So, if the standard line of thought for marketing is focused on benefits over features, then your marketing would focus on how your client could benefit their customers. More specifically, how your product or service could help them do that. When you’re marketing to businesses, you already know how to think like one. Doing this provides you with an opportunity to take your content even further.
There are also some good fundamentals that carry over from the realm of B2C marketing. For example, you should always focus on what sets your brand apart. Combine that with the previous point, and the emphasis should be on what only you can provide to help your clients reach their own customers better.
Since content marketing is about driving profitable action at every step of the customer’s journey, you’re aiming to help your clients get the answers they need. Your clients likely speak the language of content marketing as well. About 28% of the average marketer’s budget is allocated to content marketing.
B2B content marketing is different, as is any form of marketing when your target demographic is companies rather than individuals. The key is remembering this during all phases of the process.
When you’re strategizing, think about what your clients want, which is to better serve their own customers. When you’re creating content, publish it with the knowledge that your audience is comprised of working professionals. The same goes for when you’re promoting it.
Why digital content marketing helps smaller businesses
Technically, companies were producing and distributing content long before the internet came along. Print media has been around for centuries, and market research has arguably been around for even longer.
For example, imagine you’re working in a small business. Maybe you’re the content marketing manager with a small team under you. Or you could be the only person handling marketing activities. To make matters even more challenging, you could be handling the marketing sector while balancing numerous other responsibilities.
Why is digital content marketing a great option? It’s cost-efficient. You aren’t spending a lot of money on paper, ink, and other physical materials to spread the word about your business. It’s a big plus in itself, but there’s also another benefit closely related to it.
Content marketing generates triple the leads of outbound marketing, while costing about 62% less. When you’re in a small business, making the most of your resources is critical. Content marketing can take you further, and, when you factor in the long-term benefits, it’s even better. These include:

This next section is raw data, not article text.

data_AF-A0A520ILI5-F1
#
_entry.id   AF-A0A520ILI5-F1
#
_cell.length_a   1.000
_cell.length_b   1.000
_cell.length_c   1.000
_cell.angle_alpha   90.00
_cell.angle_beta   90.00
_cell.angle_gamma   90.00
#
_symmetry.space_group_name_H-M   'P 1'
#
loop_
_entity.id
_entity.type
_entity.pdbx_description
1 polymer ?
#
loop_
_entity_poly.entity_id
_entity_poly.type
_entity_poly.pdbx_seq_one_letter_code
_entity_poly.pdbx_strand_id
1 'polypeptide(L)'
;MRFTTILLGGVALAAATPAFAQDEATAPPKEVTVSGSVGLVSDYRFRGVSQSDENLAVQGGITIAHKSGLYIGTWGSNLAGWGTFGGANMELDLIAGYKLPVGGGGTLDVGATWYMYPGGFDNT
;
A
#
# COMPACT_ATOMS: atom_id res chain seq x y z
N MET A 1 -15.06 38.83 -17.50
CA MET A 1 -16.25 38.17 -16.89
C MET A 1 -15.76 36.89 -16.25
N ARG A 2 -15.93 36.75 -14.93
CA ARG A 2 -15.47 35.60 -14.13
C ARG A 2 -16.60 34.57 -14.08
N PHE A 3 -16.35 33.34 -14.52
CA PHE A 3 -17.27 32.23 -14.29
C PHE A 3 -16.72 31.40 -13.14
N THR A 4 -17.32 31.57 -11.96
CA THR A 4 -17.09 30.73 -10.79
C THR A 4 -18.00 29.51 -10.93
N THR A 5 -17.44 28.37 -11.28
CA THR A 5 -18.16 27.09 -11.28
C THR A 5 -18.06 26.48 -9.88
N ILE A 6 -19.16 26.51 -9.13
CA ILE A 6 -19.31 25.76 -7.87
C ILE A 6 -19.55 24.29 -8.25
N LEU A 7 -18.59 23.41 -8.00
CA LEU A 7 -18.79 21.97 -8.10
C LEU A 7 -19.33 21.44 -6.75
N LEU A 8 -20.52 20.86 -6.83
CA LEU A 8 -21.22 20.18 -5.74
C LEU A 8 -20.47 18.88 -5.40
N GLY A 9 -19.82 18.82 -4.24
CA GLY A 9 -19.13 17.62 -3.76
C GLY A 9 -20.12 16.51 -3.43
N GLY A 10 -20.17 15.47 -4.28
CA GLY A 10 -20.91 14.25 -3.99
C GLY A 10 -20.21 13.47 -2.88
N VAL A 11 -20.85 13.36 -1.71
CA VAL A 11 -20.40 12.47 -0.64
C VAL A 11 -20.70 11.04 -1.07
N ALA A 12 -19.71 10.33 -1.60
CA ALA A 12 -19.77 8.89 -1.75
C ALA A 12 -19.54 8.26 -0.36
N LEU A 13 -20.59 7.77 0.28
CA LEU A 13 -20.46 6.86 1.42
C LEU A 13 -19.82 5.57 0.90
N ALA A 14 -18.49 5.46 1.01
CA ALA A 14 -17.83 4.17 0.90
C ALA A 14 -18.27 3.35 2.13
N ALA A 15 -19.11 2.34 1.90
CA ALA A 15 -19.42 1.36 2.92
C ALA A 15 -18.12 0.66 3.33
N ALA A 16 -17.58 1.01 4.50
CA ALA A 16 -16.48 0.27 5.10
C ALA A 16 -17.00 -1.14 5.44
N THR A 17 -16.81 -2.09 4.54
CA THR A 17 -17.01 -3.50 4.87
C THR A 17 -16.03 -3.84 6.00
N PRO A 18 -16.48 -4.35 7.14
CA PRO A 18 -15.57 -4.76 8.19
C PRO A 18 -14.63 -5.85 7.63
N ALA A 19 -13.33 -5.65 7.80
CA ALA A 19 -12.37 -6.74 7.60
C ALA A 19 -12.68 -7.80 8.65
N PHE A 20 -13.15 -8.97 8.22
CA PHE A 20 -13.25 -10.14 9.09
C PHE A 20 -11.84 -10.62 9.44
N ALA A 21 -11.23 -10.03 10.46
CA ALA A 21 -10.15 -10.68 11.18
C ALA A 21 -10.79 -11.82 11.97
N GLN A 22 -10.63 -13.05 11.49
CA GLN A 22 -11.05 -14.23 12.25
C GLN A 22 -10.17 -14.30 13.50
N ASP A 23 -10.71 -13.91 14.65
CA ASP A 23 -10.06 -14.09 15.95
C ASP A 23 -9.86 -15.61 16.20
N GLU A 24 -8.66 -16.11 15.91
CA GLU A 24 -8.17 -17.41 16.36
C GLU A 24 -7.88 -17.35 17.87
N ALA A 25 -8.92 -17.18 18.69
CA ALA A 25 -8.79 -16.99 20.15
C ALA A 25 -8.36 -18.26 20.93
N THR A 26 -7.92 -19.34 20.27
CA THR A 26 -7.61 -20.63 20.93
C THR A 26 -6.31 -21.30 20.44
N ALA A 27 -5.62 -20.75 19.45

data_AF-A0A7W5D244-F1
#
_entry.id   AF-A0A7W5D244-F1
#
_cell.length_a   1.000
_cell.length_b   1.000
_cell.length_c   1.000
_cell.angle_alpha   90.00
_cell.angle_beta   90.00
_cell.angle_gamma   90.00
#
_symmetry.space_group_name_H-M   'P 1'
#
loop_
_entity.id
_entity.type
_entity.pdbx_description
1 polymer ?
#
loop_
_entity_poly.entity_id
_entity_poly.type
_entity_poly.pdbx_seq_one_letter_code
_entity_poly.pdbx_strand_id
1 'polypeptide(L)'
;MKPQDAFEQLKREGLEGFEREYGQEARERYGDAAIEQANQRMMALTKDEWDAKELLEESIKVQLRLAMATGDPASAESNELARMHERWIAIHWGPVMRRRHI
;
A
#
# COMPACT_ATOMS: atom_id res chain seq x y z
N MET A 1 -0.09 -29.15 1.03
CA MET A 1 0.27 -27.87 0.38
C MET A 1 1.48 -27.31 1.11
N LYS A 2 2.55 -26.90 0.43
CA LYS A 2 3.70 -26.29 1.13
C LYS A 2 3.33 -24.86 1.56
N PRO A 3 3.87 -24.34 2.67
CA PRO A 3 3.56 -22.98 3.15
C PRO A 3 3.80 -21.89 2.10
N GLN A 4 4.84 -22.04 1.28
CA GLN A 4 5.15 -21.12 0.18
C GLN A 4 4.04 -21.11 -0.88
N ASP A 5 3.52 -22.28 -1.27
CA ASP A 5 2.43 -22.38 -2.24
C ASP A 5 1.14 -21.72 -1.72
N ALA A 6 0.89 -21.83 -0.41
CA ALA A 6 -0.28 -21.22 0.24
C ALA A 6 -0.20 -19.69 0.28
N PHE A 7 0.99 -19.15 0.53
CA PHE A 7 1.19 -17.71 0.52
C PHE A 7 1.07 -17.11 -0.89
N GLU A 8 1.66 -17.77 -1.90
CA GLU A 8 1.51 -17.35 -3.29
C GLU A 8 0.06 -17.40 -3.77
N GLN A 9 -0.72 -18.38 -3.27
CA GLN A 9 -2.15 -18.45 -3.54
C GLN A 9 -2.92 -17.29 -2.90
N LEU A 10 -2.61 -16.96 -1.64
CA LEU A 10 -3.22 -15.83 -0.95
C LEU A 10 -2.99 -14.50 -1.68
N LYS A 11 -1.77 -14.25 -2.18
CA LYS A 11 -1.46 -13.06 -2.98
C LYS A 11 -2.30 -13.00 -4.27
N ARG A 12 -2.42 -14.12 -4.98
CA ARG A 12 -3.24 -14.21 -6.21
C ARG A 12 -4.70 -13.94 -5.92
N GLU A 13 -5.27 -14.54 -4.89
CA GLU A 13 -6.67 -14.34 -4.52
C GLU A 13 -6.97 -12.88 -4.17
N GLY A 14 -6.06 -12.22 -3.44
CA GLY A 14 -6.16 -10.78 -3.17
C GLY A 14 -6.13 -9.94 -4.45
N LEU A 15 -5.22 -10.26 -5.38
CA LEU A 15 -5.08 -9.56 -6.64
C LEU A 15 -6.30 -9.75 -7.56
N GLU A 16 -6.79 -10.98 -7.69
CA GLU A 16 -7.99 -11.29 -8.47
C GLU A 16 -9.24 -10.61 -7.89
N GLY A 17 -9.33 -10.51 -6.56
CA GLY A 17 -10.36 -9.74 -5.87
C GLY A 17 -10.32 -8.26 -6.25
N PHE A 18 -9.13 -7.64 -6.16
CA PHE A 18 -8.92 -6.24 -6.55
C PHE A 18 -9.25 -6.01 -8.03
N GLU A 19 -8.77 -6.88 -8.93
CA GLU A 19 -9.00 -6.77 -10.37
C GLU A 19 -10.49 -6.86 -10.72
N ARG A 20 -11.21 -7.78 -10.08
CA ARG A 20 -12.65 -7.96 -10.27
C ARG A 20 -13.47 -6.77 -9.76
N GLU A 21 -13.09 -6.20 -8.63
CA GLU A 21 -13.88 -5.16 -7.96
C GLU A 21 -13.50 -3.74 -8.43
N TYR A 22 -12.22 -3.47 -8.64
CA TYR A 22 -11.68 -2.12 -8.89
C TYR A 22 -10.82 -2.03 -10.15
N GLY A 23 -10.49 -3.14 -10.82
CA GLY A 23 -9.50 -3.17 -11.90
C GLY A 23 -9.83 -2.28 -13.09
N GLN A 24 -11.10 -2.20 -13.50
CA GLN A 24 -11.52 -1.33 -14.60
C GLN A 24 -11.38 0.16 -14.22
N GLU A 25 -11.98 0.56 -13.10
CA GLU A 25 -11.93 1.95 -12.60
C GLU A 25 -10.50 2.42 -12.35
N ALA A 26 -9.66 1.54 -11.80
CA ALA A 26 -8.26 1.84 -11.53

- Domain authority: Well-researched and highly informative content makes your website rank higher in search results and gives you priority in some cases where you wouldn’t have otherwise had it.
- Brand awareness: Content is one of the best ways to build a brand. When you’re marketing yourself to other businesses, the brand image you offer is a big part of why they’ll choose you.
- Lead generation: Once you’ve built your brand and gained online authority, it becomes much easier to find more leads and convert them.
When you’re working in a small business, you aren’t looking for “shortcuts” as much as you’re looking for ways to work more efficiently. Content marketing works very well with guidelines and even templates. It helps you produce content on a regular basis without having to start from scratch each time.
Source: Campaign Monitor
Your approach to marketing may be relevant to the size of your budget and the size of your team. Luckily, content marketing offers flexibility and the potential for exponential gains. Not only can you do a lot with a little, but you can get creative with the options you do have.
Content marketing remains one of the most viable promotional avenues in the digital age. A content marketing strategy is vital for planning and creating the content your audience wants to see.
When you’re creating content for businesses, even working at a smaller business yourself, you still have a lot of potential to see great results. Remember:
- Content marketing is about producing the right content for the right person at the right time
- B2B content marketing should focus on how you can help your clients help their own clients
- Small businesses, especially, can benefit from the cost-efficiency of content marketing
Whether you’re a content marketing manager over a small team or you’re working solo to handle all your company’s marketing endeavors, a content marketing strategy will be beneficial to you.
Need to brush up on the terminology of content marketing? Review the glossary of terms to help kickstart your creation of a viable strategy.